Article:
Friday, October 24, 2014

Dipped My Toe In Spider-Verse And Nearly Got It Bitten Off

'When your mind is a blank, and you've got nothing to post on, you can always trust. . . Dan Slott!'

(sing it to "Downtown")

Not sure how he became the comic writer most likely to do something that causes me to roll my eyes, but here we are. Probably because while Millar is off doing his creator-owned stuff, and Bendis and Hickman are mucking about in sections of the Marvel Universe I can ignore, Slott's got his hand around Spider-Man's throat.

This week, the Spider-Verse event paid a visit to the Spider-Girl universe. One of Morlun's, cronies, cousins, whatever, killed Peter and Mary Jane (and possibly also Mayday's boyfriend Wes, I'm not sure about that), while Mayday took her baby brother Ben and ran. Two Spider-Guys from other universes showed up just in time to tell her it was too late to save her parents, and they escaped. But not before Mayday swore to the trenchcoated murderer that she'd forget everything her parents taught her about being a good person and hero to get revenge on him.

So yeah, Spider-Girl's about the DARK VENGEANCE now. Because a young hero vowing to avenge their dead parents hasn't been done a thousand times before.

The issue before this, Morlun personally paid a visit to the universe for the Spider-Man and his Amazing Friends cartoon, and slaughtered the lot of them. Even had a nice chuckle about how that Spider-Man literally had no words for what was happening (since nobody ever got killed on the show, I guess, so murder didn't exist until Morlun arrived). I'm not sure what it was supposed to accomplish. I mean, I didn't know which Spider-Man it was until Morlun was leaving and we see Firestar and Iceman's corpses. This isn't even setting up cardboard cutouts just to immediately knock them down and hope for dramatic effect. It's just thrown in casually, after the fact. "Oh yeah, by the way. . ." At least Peter and MJ got to go down fighting together, albeit off-screen.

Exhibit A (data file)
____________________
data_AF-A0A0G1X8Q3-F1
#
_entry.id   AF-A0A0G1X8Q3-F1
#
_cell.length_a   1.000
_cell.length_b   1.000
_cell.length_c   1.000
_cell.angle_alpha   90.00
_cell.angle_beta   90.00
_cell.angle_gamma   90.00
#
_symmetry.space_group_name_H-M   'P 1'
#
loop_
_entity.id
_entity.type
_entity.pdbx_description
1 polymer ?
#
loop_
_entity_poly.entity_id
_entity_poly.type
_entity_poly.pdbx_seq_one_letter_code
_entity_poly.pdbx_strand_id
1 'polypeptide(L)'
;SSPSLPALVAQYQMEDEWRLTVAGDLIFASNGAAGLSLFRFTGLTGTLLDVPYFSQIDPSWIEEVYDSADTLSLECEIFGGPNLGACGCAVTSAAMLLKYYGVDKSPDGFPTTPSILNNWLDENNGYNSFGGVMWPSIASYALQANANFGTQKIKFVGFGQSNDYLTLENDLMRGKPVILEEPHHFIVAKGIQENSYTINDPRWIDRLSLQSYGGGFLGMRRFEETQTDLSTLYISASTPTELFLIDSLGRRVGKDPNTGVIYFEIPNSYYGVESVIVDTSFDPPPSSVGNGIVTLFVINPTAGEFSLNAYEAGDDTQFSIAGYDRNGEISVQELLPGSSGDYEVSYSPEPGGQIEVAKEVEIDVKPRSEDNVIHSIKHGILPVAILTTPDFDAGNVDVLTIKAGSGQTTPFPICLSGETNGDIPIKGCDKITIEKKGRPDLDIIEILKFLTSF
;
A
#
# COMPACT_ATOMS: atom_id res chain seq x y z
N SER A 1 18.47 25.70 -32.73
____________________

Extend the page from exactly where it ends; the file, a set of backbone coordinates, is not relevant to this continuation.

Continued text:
I don't see the percentage here. If you're someone who doesn't know anything about the characters, the couple of pages they get before their death probably aren't going to sway you. It's possible they could I suppose, I know Mightygodking once argued Marv Wolfman did a good job giving a minor hero (Sunburst) in Crisis on the Infinite Earths a little arc before his off-screen death, but I don't think Slott's putting in the effort to manage that here. If you're a fan of these versions of the characters, are you supposed to be happy about it? To want to keep reading, excited to see if Slott kills off some other alternate version of Spider-Man you like?

I've seen some suggestions among fans online Slott's doing it intentionally to piss people off, that he's said as much at conventions. I have to wonder if that's legit, or if he's just playing a heel. Get some talk going about his book, get people interested to see what everyone is yelling about. Or maybe he got tired of everyone yelling at him about Brand New Day/One More Day and decided, "Heck, if they're going to scream no matter what, I'll give 'em something to scream about." I'm not sure fostering a hate-filled and adversarial relationship with your audience is the best strategy, but history suggests that in the short-term, you can do worse than to write something that will piss everyone off, then count on the fans to buy the comic so they can rail on about how much they hate it. I don't think it's viable long-term, but maybe that's not his concern.